A Fly Fishing Magazine Unlike Any Other
Post header 258ad1
photo by Jen Ripple photo by Jen Ripple

There are a lot of great flies in the bins of your local fly shop. These days, in fact, there are so many flies that it’s difficult to choose the right one. The four flies below are our go-to trout flies.  They work for us no matter what trout fishery we happen upon. In addition, they can easily be tied in the local dive motel near your favorite stream or with your fly tying friends at the shop. We have attached some of our favorite videos from across the web for you to tie them yourselves and let us know what you think.

DRY FLY – The CDC and Elk

Caddis hatch often enough that trout are always on the look out for them. Even if you are not seeing bugs on the water or in the grass along the river, the caddis imitations will draw fish to the surface. The CDC and Elk was created by Hans Weilenmann in the early 90’s. This fly requires only two materials and can be tied in a number of sizes and color variations to fit your local fishing conditions. This fly floats like a cork and is designed to give the impression of more than just a caddis.

 

 

EMERGER - Klinkhamer Special

Originally tied to imitate emerging caddis flies, it was created by Hans van Klinken in the early 80’s. What sets this fly apart from other emergers is its unique hook shape, which is designed so the body of the fly hangs down below the water’s surface, giving the impression of a dry fly emerging from it’s nymphal state. This emerging style pattern is easier to see than other flies of this type and is an excellent searching pattern when you’re not seeing fish actively rising. Our favorite variation of this pattern has a black dubbed body, a peacock thorax, and a black hackle.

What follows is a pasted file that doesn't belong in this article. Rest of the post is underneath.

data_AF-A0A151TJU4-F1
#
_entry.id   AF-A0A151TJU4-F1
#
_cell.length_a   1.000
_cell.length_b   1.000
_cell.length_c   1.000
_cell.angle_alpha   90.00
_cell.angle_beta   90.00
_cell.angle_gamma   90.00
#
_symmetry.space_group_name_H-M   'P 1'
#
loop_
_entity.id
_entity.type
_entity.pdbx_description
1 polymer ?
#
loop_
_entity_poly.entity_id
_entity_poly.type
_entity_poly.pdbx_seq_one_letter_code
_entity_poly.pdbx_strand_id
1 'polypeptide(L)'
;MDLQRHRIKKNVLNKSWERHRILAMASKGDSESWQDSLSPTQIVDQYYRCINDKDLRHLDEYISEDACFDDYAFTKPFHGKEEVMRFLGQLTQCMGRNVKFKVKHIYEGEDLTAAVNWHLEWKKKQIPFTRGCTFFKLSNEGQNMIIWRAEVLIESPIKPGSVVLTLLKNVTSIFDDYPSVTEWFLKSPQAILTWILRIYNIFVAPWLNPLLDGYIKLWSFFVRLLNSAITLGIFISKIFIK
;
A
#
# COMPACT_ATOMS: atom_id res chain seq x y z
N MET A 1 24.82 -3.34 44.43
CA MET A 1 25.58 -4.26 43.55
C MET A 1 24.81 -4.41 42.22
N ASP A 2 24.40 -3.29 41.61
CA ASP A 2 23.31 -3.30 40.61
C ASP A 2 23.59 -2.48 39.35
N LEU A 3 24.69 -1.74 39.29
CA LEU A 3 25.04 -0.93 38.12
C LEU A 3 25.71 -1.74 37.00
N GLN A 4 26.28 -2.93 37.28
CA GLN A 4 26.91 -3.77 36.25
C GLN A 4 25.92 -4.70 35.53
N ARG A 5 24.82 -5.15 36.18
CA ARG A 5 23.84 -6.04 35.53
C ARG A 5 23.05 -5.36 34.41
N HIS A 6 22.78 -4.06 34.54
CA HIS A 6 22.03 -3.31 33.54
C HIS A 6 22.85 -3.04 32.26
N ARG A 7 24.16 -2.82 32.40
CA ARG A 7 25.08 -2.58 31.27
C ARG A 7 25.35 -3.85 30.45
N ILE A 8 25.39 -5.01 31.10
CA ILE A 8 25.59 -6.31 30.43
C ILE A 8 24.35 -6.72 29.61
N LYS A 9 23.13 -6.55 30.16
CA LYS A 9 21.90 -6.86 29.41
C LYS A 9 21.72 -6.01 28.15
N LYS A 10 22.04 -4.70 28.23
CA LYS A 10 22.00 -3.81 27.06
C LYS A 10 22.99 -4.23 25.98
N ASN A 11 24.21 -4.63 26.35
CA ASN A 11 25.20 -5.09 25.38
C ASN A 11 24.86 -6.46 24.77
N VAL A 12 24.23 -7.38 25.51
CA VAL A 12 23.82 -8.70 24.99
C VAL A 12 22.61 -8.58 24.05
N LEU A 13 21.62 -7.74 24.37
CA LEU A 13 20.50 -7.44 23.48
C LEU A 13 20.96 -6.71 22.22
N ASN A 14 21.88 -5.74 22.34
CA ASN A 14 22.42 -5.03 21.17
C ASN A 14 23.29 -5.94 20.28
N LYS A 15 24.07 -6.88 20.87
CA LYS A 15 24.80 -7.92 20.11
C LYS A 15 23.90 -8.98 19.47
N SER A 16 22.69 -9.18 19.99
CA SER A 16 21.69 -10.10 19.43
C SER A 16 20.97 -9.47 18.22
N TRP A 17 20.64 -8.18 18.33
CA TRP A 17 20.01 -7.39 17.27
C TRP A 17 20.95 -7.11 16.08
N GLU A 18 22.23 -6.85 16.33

NYMPH - Higa’s SOS

Created by Spencer Higa, Head Guide at Falcon’s Ledge Lodge in Utah, this fly excels in spring creeks and tailwaters and was dubbed the “SOS” because of it’s knack at saving the guides — SOS stands for “Saving Our Skins”. This fly represents the baetis nymph. These nymphs tend to turn dark as they prepare to hatch, and that’s why this fly works best in black and occasionally dark olive. We like the little red accents on it, which we feel helps the fly catch the fish’s eye.

 

STREAMER - Thin Mint

This just might be the most complicated Woolly Bugger combination you’ll ever see, but it is as popular with fish as the Girl Scout Cookie it’s named after is with humans. What sets it apart from all other Woolly Buggers is that the tail is comprised of black, brown, and olive Maribou plumes. We have fished this fly side by side with a Crystal Bugger on multiple occasions, and the Thin Mint was the winner hands down every time. Believe us, this one is worth the extra effort.

 

Sign Up for the DUN

Newsletter

More from DUN